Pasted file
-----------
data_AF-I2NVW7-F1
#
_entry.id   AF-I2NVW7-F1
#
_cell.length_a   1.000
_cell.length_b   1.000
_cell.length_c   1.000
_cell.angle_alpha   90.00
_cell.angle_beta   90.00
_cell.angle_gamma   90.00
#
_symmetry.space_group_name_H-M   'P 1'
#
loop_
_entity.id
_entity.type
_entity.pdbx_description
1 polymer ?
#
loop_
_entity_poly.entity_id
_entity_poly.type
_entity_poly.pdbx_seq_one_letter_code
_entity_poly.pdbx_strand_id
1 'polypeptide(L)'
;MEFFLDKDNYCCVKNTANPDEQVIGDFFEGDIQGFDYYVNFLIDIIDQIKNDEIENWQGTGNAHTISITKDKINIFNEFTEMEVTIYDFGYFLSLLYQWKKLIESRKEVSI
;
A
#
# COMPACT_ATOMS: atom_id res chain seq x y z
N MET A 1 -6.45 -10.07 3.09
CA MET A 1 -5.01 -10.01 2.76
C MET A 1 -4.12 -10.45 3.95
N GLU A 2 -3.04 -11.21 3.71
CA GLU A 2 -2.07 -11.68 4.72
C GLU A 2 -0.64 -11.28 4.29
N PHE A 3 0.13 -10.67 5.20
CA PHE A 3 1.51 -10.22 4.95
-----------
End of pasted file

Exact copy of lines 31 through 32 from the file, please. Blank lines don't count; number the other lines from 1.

N MET A 1 -6.45 -10.07 3.09
CA MET A 1 -5.01 -10.01 2.76